Where do I Start?


In the Brooder
Jun 1, 2022
Hello BYC World...

A few months ago, I got pissed off. Pissed off, just enough. Pissed off enough to make the decision that I needed to detox and figure out how to gradually move away from the system. I decided that I needed to stop trolling the medial and start searching for venues that might offer solutions and help me become less dependent on the dysfunctional, broken system that we all know is facing an impending worldwide collapse...To date, I've rebuilt and replenished my raised beds after twenty years and learned about soil. Hmmm, that was eye opening.... I put into practice a lot of what I learned and the results, so far, have been amazing.

That's the condensed version of how I ended up here. It's been along, arduous journey since COVID began. Looking back, I guess it did offer something positive.

So, I've been reading, watching and listening a lot about raising laying hens and I think I'm ready to jump in.

First, I'd like to know if there is anyone out there I can contact with, who lives in MD. or Northern VA.

Next, where do I start? What are the best breeds for my location? I don't want chicks, so where do I get hens? What type of shelter should I plan for?
Coop or tractor? What is the best way to protect my birds from predators? What time of year is best to begin? And it goes on and on (as I'm certain you know).
But, it is time to get the answers and make some decisions.

Anyone out there care to chime in and help point me in the right direction?

Thank you BYC World,
Welcome to BYC.

The Maryland State Thread is HERE
Virginia is HERE

You may find some additional options for obtaining adult birds HERE

Advice on Coops? Lots of Coop Builds.

and I'll be the curmudgeonly old guy on the Feed and Water forums telling you not to try a home made feed recipe, and that you almost certainly can't grow everything you need for your chickens to thrive. Or I'll be on Zoning, helping you make sense of things.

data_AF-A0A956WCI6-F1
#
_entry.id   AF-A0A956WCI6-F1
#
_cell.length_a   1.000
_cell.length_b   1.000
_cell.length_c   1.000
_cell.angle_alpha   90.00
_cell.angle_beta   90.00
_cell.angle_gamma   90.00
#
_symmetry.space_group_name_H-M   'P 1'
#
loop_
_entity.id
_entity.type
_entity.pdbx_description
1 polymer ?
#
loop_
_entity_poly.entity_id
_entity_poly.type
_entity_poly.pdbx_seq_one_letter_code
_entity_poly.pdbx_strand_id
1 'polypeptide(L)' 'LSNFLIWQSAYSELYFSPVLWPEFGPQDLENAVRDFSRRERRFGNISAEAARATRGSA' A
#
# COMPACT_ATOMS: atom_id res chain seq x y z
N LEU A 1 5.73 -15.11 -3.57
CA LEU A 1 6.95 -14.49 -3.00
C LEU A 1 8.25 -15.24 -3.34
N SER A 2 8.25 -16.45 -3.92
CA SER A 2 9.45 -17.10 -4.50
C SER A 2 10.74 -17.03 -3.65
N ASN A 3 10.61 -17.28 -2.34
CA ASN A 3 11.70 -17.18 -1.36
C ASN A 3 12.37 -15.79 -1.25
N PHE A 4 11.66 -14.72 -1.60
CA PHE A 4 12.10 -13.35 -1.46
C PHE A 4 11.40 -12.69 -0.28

When the need arises, and eventually it does, Emergencies/Diseases/Injury has some excellent, well experienced, active posters to help out. (I am not one of them). Help them with a useful title. I recommend something like "3yr old hen, possible waterbelly?", "Are these Fowl Mites?" or "Is this Fowlpox". It helps us help you.

and on that subject, if you click on your user name at the upper right, then "Account Details" on the menu, you can scroll down and add your location with as much, or as little, specificity as you want. Many answers are location/climate dependent. Again, helps us help you.


Again, Welcome to BYC! May you find this resource as useful and informative as I have. Good luck on your chicken journey.
Welcome from the other end of the country. I love this site! I started at both one-day old chicks shipping and six-week old pullets shipping. It's crazy to know they ship them through the mail. But, the above suggestion of adopting hens that need to be rehomed is a great idea. Don't waste your $ on a prefab. A local contractor can build one for that price. Check online sales for children play swing sets.
Lastly, I am older and live alone in a small town. I love my girls and they make me laugh every single day. Keep us informed with your progress!
Tractors are difficult during the winter, so a coop is the better option if you are doing one or the other. The difficulty is the light weight needed to be able to move them isn't compatible with the sturdiness needed for snow loads among other things.

The best way to protect against predators is to enclose their space with a combination of solid walls/roofs/windows and openings covered with securely attached hardware cloth for ventilation (minimum of 1 square foot per bird - that is a really lot for people used to measuring it in inches. Also hardware cloth either down 12" or 2' for so laid on the ground out from the walls and fence of their space - either is to keep predators from digging under the fence. Or an electric fence. Or both. That will keep predators other than bears and people out of the coop. It would keep them out of the run also but most people accept a higher risk in the run and don't put hardware cloth all the way up the fence or across the top; I'm not sure about the pros and cons of the options for the run or even what the reasonable options are for the run.

Your climate allows the most choices of breeds, (basically any breed) if you have a well-designed coop - spacious and airy. So, pick a breed based on your goals. The usual goals are good egg production combined with good looks, better egg production combined with longevity, best (as in most efficient) egg production, any of these combined with reactivity (better at free ranging) or nonreactivity (likely more tame), most efficient meat production, good meat production combined with better at free ranging, etc.

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